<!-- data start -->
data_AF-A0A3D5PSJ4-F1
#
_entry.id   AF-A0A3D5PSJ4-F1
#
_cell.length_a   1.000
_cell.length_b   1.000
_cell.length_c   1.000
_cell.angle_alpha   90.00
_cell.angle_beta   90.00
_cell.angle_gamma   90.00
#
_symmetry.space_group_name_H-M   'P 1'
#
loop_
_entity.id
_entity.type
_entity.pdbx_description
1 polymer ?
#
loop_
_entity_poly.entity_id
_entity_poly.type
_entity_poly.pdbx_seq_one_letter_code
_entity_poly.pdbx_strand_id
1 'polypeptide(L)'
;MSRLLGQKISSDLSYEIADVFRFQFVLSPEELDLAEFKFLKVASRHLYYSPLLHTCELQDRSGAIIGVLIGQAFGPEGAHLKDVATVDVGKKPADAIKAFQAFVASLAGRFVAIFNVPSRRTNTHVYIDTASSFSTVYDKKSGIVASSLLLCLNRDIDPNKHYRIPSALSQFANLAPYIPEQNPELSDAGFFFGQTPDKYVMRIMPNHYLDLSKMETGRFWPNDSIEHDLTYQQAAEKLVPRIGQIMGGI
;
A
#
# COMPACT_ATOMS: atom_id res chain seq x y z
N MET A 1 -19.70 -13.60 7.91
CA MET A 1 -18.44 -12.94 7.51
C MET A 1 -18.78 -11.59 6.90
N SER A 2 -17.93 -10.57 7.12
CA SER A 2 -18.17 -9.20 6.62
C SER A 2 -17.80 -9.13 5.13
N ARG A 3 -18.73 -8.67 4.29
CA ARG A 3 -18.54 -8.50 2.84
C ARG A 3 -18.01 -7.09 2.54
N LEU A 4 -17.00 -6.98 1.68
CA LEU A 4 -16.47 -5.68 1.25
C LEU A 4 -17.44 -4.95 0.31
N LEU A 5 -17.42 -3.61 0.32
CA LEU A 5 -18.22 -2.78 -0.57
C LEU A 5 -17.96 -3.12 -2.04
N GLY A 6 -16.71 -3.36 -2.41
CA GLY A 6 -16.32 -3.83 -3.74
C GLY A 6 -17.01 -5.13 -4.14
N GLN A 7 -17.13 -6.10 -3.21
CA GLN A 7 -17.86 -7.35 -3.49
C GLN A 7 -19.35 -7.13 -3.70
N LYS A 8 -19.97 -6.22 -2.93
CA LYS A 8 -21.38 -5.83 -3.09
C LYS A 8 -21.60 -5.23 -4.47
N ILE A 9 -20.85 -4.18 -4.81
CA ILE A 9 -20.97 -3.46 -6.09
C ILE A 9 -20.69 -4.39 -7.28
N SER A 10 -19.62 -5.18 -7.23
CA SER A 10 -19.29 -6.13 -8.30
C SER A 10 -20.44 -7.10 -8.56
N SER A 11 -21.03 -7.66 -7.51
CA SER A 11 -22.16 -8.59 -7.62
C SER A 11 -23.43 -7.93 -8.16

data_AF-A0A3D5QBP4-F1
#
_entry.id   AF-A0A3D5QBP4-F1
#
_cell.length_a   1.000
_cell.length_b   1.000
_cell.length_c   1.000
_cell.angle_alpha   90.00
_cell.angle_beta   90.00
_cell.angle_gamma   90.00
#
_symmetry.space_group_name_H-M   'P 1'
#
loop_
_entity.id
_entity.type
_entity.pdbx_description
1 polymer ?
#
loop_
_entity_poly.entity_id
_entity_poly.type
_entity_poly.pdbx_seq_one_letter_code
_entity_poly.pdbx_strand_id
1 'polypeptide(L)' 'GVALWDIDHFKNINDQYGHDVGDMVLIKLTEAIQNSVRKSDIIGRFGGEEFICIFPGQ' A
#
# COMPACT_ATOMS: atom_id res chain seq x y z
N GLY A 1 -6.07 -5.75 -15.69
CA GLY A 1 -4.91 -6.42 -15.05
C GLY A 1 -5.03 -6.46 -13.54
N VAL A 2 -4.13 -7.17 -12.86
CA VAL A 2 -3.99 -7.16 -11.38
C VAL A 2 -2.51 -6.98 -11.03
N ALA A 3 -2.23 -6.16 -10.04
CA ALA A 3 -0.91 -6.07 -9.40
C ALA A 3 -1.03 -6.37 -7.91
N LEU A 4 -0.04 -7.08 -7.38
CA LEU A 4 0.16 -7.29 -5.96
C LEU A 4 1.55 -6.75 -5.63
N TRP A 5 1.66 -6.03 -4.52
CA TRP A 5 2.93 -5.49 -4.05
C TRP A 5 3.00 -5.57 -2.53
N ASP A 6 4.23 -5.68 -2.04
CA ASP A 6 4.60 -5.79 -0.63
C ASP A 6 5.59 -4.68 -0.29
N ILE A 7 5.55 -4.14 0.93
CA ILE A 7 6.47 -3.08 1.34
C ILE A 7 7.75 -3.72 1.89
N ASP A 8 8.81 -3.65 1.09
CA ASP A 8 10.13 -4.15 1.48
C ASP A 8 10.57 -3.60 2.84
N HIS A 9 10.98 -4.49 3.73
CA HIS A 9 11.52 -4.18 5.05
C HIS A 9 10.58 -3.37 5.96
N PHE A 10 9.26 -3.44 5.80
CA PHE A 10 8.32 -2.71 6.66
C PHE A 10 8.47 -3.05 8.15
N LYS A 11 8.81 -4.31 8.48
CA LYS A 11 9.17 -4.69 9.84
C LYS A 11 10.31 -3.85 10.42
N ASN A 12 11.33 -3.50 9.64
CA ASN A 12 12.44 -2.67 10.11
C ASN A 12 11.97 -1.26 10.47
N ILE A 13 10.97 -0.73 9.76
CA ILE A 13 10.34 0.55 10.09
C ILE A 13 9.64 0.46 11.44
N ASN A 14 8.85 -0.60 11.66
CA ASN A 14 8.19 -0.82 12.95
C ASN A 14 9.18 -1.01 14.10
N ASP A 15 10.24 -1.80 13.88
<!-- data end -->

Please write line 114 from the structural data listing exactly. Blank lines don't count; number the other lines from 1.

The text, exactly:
C ASP A 8 10.57 -3.60 2.84